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AutoBlog: Bill to limit Canadian cars to 93 mph seems stuck in neutral

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Filed under: Government/Legal, Canada

jim-karygiannis.jpgWhen it comes to cars, they do things a bit differently in Canada. While our neighbor to the north has long been considered more progressive than the U.S., it was the United States that introduced pollution controls, and until recently, Canada never actually had any rules requiring them. The same goes for fuel efficiency standards. A couple of years ago, the government of Ontario passed a law that could result in automatic confiscation of your car if you exceeded a speed limit by more than 50 km/h (31 mph). This was done to attack the problem of street racing.

Member of parliament Jim Karygiannis apparently wants to make sure no one gets their car confiscated by making it impossible to drive that fast. Back in February, Karygiannis introduced a bill that, if passed, would make it illegal to sell, import, build or even loan a vehicle to someone unless said ride is fitted with a speed limiter restricting its maximum velocity to no more than 150 km/h, or 93 mph. So far, the bill has not proceeded past first reading, and it hasn't even gone to committee -- good news for Canadian drivers, to be sure. Frankly, there doesn't appear to be any widespread support for Jim Karygiannis's meddlesome legislation. Karygiannis actually introduced a similar bill during the previous parliamentary session, but that one never got past first reading, either. Maybe he should have taken the hint back then. Thanks to Steve for the tip!

[source: Parliament of Canada]

Bill to limit Canadian cars to 93 mph seems stuck in neutral originally appeared on Autoblog on Sat, 19 Sep 2009 14:02:00 EST. Please see our terms for use of feeds.

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It's a 'private members' bill, meaning that if it actually passes, we will be playing Hockey in Hell.

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Well, I could care less if it did manage to pass and be implemented. The only place to see those speeds is on the track and off the streets and highways.

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Well, I could care less if it did manage to pass and be implemented. The only place to see those speeds is on the track and off the streets and highways.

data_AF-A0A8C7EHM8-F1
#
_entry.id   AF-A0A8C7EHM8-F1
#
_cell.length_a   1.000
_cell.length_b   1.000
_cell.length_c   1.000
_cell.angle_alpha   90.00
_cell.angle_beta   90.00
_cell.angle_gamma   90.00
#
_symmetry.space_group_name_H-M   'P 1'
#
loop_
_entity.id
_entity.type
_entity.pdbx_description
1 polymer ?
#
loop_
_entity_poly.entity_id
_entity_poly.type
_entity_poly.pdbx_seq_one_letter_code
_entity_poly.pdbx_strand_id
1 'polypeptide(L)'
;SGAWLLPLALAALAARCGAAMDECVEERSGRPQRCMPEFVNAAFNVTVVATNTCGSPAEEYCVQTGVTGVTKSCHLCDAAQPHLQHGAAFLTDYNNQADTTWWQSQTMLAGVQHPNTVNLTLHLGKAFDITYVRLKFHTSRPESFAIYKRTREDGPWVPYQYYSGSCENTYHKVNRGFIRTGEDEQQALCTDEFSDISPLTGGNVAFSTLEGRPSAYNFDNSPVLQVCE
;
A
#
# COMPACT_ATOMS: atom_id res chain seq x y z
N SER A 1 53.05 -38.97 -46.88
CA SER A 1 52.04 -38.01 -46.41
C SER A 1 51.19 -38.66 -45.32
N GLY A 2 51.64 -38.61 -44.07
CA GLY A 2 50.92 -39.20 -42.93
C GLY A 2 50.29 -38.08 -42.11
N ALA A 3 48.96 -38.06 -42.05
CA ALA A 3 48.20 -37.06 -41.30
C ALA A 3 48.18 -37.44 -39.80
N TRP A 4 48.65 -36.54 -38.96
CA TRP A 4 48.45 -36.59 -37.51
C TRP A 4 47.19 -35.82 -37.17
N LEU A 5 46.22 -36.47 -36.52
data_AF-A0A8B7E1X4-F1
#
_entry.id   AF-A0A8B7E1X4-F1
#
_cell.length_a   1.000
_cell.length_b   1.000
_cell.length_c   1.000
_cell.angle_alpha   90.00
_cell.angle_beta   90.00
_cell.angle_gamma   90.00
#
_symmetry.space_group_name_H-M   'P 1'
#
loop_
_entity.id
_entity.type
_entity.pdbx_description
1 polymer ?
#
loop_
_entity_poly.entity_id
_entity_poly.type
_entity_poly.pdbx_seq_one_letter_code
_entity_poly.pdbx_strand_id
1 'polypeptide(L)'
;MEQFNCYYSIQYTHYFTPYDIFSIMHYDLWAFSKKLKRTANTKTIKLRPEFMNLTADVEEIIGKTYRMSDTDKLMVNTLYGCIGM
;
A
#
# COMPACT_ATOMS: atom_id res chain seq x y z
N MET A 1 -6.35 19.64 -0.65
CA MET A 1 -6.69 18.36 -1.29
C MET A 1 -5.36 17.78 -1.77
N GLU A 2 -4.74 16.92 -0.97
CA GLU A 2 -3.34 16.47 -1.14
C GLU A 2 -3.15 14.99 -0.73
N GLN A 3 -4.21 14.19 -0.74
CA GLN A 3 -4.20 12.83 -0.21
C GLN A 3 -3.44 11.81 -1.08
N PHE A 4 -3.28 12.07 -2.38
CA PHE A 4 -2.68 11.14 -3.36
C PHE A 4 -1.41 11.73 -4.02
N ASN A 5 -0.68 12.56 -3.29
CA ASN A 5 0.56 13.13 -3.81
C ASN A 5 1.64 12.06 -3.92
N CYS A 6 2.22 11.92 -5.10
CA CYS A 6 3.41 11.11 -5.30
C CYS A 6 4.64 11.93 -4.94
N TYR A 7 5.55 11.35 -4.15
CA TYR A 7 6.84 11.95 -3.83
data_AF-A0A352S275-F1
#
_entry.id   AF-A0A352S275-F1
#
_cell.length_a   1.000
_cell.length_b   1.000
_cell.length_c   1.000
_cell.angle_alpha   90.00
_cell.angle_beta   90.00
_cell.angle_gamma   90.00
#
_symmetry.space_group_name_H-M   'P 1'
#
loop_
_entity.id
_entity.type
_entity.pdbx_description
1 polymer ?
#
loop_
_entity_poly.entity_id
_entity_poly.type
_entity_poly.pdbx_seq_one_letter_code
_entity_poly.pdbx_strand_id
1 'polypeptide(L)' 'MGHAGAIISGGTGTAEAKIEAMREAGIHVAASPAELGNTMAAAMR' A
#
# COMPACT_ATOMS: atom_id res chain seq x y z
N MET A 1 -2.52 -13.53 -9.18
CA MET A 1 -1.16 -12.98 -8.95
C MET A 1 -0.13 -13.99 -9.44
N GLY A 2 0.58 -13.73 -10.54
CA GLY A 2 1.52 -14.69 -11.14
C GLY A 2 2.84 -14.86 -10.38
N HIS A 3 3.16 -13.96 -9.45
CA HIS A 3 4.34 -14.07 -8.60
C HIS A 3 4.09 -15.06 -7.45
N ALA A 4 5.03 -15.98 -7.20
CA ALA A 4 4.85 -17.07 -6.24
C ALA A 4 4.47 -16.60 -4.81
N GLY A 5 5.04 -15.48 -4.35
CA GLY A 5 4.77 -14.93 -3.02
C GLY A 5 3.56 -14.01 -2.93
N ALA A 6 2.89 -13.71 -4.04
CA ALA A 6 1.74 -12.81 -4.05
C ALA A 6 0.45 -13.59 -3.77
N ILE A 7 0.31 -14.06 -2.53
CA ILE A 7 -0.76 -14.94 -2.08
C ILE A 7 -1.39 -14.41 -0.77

Ah, yes, but this would likely just be the start. First you pass a 93 mph limiter. Only insane people would reject that... once people are used to it, they pass a 83 mph limiter. More people object, but most people are apathetic enough that it passes. Soon a 73 mph then a 62 mph limiter come into play. Anyone without a limiter going over the limit is automatically harvested by the mounties for speeding (they would stick out like a sore thumb), and treated in the public eye like sex offenders.

Its the same as putting a frog in cool water... it will not notice the water getting hotter and soon is boiled to death.

In 20~30 years, smoking has gone from accepted and fashionable to and shunned and vilified. Its also how how guns and privacy are being taken away in North America.

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In 20~30 years, smoking has gone from accepted and fashionable to and shunned and vilified. Its also how how guns and privacy are being taken away in North America.

incremental-ism. ;)

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One difference, IMHO - Guns and public smoking needed to go. Privacy does not.

Your right, what i do in my backyard that doesn't affect anyone else doesn't need to go, and since i have friends whose backyards are more than big enough to shoot stuff and smoke at the same time, i believe that falls under your definition of privacy :P

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One difference, IMHO - Guns and public smoking needed to go. Privacy does not.

what about conceal and carry. is what's under your clothes your private right too? i can understand why people want to ban smoking in public, but that would include in your cars on public roads (would also cut back on lots of litter) but be highly unenforceable...

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